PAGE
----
How is Addison’s disease treated?
There is no cure once your adrenal glands are damaged to the point that Addison’s disease develops. However, the symptoms of Addison’s disease can be controlled by replacing the hormones that your adrenal glands can no longer make. This medication therapy will likely be needed throughout your life.
When your adrenal glands cannot make cortisol, it can be replaced with a synthetic glucocorticoid, such as dexamethasone (Decadron), hydrocortisone (Cortef), or prednisone (Deltasone). If your aldosterone levels are also low, you can be given a mineralocorticoid called fludrocortisone (Florinef).
It is extremely important not to skip any doses of your medication. Missing doses can lead to life-threatening situations. It is also important to contact your health care provider if you have any added stress in your life, either due to illness or mental stress including:
Anxiety and fear
Your health care provider may need to adjust the dose of your medication to help your body handle these types of stresses. Do not change the amount of medication you take without first talking with your health care provider.
Addisonian crisis or adrenal crisis
An Addisonian crisis or adrenal crisis is a life-threatening condition that requires immediate medical care. Standard treatment consists of intravenous glucocorticoids, large volumes of intravenous saline with dextrose (sugar), and blood pressure support.
People with Addison’s disease are often taught to give themselves an emergency injection of hydrocortisone when they experience symptoms of an Addisonian crisis. Symptoms of an Addisonian crisis include abdominal pain, difficulty breathing, low blood pressure, and altered consciousness. Symptoms of low blood pressure may include blurry vision, confusion, dizziness, faintness, light-headedness, sleepiness, and weakness. If you have access to this emergency injection, administer the drug and seek immediate medical care (call 911).
It is important to carry medical identification, such as a medical identification card, that lists Addison’s disease and the medications you take to control your condition. It may also be helpful to wear a Medic-Alert tag to alert health care professionals about your condition.
What are the potential complications of Addison’s disease?
Complications of Addison’s disease include Addisonian crisis (adrenal crisis) in which a person has critically low levels of cortisol resulting in low blood pressure and other life-threatening problems. In addition, a life-threatening situation can develop if you take too little or too much replacement hormone medication. These complications can be serious and even life threatening.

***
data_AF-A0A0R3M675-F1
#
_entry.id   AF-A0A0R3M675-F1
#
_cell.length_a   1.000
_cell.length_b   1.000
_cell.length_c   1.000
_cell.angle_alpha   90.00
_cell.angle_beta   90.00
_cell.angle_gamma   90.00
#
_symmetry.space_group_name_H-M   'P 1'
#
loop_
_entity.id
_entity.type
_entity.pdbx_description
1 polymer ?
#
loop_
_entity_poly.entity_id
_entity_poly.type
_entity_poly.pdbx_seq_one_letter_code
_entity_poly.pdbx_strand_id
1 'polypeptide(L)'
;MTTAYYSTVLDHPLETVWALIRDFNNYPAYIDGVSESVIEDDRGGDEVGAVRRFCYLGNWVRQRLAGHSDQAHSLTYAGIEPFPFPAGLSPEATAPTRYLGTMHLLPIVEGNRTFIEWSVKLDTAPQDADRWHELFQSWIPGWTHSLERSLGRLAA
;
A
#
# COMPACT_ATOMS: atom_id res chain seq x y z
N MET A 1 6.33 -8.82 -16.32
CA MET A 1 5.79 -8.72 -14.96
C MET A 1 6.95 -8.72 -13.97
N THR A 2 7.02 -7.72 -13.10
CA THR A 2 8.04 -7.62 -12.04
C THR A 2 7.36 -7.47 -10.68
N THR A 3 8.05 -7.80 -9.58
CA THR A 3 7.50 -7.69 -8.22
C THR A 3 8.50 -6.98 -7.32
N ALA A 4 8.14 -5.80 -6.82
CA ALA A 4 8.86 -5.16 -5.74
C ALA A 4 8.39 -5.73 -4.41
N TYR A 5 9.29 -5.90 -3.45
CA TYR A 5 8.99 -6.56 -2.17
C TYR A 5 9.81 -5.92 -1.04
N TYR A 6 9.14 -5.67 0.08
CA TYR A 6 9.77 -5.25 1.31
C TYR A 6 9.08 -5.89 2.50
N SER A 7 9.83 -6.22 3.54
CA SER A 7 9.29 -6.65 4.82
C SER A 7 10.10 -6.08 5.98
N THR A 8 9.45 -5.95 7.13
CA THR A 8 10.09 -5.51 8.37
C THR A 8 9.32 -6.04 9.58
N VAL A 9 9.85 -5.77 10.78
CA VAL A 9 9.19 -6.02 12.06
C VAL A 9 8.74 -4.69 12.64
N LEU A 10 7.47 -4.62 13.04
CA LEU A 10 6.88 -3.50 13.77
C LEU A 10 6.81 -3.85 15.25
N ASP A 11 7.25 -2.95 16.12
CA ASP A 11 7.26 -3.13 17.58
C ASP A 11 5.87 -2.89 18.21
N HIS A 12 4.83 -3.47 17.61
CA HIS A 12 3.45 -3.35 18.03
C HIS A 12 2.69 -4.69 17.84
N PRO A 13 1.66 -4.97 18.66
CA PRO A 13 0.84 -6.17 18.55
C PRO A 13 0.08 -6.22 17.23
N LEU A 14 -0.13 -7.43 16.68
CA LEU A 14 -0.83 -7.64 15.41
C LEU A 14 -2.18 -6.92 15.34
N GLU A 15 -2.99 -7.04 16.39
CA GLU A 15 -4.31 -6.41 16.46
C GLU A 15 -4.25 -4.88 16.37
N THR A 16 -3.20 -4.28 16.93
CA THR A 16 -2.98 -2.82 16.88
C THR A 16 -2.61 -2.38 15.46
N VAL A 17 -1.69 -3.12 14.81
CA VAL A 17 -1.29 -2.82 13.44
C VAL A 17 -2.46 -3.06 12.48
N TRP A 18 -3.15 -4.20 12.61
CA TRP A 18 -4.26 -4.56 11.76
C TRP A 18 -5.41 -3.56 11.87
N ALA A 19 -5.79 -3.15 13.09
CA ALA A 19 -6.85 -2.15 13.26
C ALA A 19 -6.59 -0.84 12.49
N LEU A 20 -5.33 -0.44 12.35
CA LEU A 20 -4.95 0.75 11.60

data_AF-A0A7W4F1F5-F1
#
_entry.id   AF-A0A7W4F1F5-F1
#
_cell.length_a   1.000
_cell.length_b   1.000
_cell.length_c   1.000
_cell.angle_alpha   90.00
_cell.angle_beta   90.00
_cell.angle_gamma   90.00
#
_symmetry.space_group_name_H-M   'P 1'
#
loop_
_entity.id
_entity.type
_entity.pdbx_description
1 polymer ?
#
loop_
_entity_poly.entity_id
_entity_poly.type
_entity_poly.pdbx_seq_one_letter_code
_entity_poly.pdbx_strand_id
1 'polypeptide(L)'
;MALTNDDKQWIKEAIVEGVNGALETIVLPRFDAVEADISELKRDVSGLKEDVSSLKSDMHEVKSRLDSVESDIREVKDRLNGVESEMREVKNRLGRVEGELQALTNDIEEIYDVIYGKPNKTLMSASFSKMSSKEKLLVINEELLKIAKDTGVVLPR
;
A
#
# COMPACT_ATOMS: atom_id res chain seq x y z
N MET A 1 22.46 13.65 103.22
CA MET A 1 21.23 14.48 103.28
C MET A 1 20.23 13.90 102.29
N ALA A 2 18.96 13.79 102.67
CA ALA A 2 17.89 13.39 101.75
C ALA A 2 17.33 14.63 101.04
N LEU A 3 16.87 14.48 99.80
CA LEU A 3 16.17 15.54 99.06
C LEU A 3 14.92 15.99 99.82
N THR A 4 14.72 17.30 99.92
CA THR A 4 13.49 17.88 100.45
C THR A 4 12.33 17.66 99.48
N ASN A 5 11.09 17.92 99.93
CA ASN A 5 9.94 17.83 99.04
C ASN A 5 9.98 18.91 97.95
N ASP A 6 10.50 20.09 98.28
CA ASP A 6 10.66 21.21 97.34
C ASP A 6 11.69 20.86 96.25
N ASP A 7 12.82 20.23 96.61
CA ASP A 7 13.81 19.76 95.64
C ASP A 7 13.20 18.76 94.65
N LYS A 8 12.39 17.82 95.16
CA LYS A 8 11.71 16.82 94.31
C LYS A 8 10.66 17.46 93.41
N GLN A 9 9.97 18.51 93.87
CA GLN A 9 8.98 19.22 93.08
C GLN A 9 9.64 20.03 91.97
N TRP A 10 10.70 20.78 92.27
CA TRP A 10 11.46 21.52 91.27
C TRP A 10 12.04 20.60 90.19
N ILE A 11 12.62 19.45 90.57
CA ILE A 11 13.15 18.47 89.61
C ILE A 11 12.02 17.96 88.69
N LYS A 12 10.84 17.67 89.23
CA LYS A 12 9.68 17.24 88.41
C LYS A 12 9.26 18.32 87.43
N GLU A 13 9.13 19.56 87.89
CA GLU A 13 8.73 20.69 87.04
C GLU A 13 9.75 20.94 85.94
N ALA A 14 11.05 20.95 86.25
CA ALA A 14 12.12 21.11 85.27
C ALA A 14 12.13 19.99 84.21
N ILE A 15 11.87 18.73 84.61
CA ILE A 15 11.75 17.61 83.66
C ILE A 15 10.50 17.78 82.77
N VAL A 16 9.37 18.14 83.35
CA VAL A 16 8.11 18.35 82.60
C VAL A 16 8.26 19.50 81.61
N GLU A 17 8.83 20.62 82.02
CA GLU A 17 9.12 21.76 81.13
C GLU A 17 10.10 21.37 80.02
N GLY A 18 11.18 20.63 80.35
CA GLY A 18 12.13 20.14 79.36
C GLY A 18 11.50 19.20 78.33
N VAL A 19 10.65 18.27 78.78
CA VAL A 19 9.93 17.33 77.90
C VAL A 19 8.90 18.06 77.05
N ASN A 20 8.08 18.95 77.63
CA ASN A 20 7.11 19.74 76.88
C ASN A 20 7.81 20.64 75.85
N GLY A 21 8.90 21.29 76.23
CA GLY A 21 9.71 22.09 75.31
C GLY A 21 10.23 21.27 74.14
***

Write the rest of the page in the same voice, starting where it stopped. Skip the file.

You can best treat Addison’s disease and lower your risk of complications by taking your medication exactly as directed and following the treatment plan you and your health care professional design specifically for you. You can also help avoid complications by talking with your health care provider if you develop dehydration, illness, infection, injury, trauma, or any other unusual stress.
Complications can also develop from a related or underlying disease, disorder or condition including:
Chronic thyroiditis or Hashimoto’s disease
Ovarian or testicular failure
What is Addison’s disease?
Addison’s disease, also called primary adrenal insufficiency, occurs when your adrenal glands are not able to make enough hormones that are required for a variety of processes in the body. Damage to your adrenal glands is the most common cause of Addison’s disease. Although current statistics are not available, Addison’s disease is considered a rare disorder, affecting on... Read more about addison's diseaseintroduction
What are the symptoms of Addison’s disease?
Symptoms of Addison’s disease usually begin gradually and may be overlooked because they progress slowly. Often, a stressful event, such as an accident or illness, will cause symptoms to worsen and progress more rapidly. The most common symptoms of Addison’s disease include fatigue, weakness, loss of appetite, and unintentional weight loss. Other symptoms may affect the digestive tract, respiratory system, nervous system, reproductive system, cardiovascular system, or integumentary system (skin and associated tissues).... Read more about addison's diseasesymptoms
What causes Addison’s disease?
Addison’s disease is caused by damage, destruction or malfunction of the adrenal glands. Your adrenal glands are located just above your kidneys and are responsible for producing various hormones. These hormones are responsible for regulating your body’s stress response, energy needs, immune function, salt and water balance, and sexual development. When your adrenal glands are damaged or destroyed, your body no longer has enough of these hormones and adverse symptoms occur.... Read more about addison's diseasecauses